Concerning new data from a leading workplace safety auditing and training organisation has revealed that Australian workplaces are not prioritising employee health. 1 in 2 workers have admitted their bosses don’t send sick employees home, 2 in 5 have said work overload and stress is rife, and 1 in 3 have said inadequate training is provided.
The survey of 1008 Australians was conducted by SAI Global, which has audited and trained thousands of organisations seeking to meet international standards for workplace health and safety, in addition to the relevant Workplace Health and Safety (WHS) Legislation in each State.
From the survey, SAI Global found that 52 per cent of respondents say their employer does not always send employees home when they present with sicknesses that may impact on other workers. This is despite the model WHS Act stating that it is a requirement of a person conducting or undertaking a business to ensure the health and safety of workers, and that all work is conducted without risk to the health and safety of other people.
Forty-two (42) per cent of respondents also admitted that their workplace requires regular work overload and/or the need to rush tasks, resulting in significant employee stress. More than a third (35 per cent) said their workplaces lack necessary training for their roles or that they get unrealistic KPIs from management – also a significant stressor.
WA has more self-reported workplace sickness rates than other states
Between the major States, it seems that organisations in Western Australia are least likely to send sick employees home: 59 per cent of respondents in WA said their employers do not always send sick employees home, compared with 51 per cent of Queensland respondents, 50 per cent of NSW respondents and 47 per cent of ACT respondents.
Employees in Western Australia, Victoria and South Australia also reported receiving the most unrealistic KPIs from management: 37 per cent of respondents in these states reported that this was a significant cause of stress, compared with just 27 per cent of ACT respondents.
Rod Beath, workplace safety spokesperson at SAI Global, says, “Employers have a primary duty of care when it comes to the health and safety of workers – from observing all health and safety legislation, to ensuring that all work is conducted without risk to workers’ health and safety. However, our research shows that many employers are not meeting these basic responsibilities.
Rod says that organisations that are certified to the relevant WHS Act and the ISO 45001 Standard not only meet WHS legislative requirements, they set the benchmark for employee health and safety – which includes mental health. “When an organisation’s workplace is certified to the ISO 45001 international standard for occupational health and safety, they are committed to safety improvements within the workplace – which can include sickness relating to work-related stress or mental stress. The ISO 45001 Standard helps to foster an environment in which workers are regularly consulted and actively participate in matters concerning their health, safety and wellbeing.”
SAI Global reveals its six tips for how employers can look after the health and wellbeing of their workplaces
Promote an open and trusting management style and environment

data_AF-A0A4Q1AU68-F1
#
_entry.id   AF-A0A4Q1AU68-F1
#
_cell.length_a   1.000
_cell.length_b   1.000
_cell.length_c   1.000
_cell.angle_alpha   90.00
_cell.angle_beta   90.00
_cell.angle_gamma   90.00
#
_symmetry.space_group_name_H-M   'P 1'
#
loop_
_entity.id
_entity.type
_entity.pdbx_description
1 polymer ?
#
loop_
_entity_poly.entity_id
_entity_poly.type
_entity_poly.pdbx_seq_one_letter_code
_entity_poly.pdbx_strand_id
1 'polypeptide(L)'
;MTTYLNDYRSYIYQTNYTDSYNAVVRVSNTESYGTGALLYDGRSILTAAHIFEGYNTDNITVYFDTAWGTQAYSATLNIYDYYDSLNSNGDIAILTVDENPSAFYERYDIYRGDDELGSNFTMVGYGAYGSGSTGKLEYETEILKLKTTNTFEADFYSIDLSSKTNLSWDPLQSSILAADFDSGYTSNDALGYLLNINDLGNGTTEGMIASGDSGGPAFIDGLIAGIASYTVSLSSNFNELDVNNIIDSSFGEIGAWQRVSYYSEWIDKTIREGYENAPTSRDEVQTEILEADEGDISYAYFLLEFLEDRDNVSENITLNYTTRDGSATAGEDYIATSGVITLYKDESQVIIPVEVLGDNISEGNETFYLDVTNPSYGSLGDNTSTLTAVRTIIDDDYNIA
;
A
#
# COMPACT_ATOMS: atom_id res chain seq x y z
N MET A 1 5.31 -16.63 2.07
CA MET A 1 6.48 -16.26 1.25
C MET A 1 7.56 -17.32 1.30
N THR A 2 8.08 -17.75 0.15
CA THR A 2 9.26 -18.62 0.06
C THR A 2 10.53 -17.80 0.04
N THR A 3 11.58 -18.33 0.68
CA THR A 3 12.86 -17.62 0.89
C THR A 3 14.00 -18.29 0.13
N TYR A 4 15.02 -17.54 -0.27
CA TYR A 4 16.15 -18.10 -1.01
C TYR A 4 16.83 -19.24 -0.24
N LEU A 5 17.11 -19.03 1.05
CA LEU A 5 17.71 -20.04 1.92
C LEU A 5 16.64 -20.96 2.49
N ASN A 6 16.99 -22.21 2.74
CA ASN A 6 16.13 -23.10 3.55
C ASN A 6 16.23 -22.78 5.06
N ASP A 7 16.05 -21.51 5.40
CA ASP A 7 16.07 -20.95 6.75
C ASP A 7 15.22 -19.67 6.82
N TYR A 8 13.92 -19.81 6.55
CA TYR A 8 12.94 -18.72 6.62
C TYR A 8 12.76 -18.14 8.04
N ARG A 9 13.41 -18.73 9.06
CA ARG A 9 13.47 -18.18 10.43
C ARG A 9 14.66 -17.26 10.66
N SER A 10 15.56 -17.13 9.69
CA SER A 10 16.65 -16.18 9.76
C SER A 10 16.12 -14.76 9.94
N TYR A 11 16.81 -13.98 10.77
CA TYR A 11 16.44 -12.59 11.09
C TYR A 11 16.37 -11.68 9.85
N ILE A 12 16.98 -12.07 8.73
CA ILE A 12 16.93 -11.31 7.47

Regular catchups between managers and staff, support and training programs, and return-to-work programs can go a long way in ensuring employees feel that their health and wellbeing is a workplace priority. Training managers to consider the mental wellbeing of staff also creates an environment where they feel safer and more comfortable.
Encourage work-life balance
Work-life balance is an important aspect of a healthy work environment and employers should look to offer flexible start and finish times so employees can fit in important lifestyle needs. This will give them a greater sense of agency over when they work, what they do, and how they can work in relation to others. It will also help to prevent burnout – which is also in the employer’s best interests.
Create clear job roles and responsibilities
Change – especially when it threatens stable or comfortable routines – can be unsettling. If workers express anxiety about change, employers should remain transparent and honest about the process. It’s vital they provide clarity in a job description, too. Setting clear roles and responsibilities, especially formal ones, helps employees know what is expected of them and more closely aligns their roles with a company’s goals.
Promote open communication and strong social networks
Employees thrive on friendships and good social interaction, so it is important to create a workplace where people enjoy coming to work. Having open communication, opportunities for team connectedness and social events, and celebrating wins and achievements, are the types of workplace ingredients that go into developing a mentally healthy workplace culture.
Reward good work
Fulfilling careers are built on good experiences, and so employers should ensure they reward their workers on their individual efforts. This will improve employee satisfaction, making them feel supported and empowered in their roles. In turn, it will increase their productivity at work – especially if they are aware of how their efforts create an impact on the organisation.
Engage workers in the formulation of wellness programs
It is extremely important that workers participate not just in the execution of a wellness program, but in its design. By involving them in the engagement process early, they will soon ‘walk the talk’. Employers should also think about the particular needs of their workplace demographic. SAI Global has found that some of the best wellness programs have not started as a top-led initiative, but as a bottom-up approach. This is usually with an employee who has a strong personal passion and is keen to grow this into a company-wide initiative.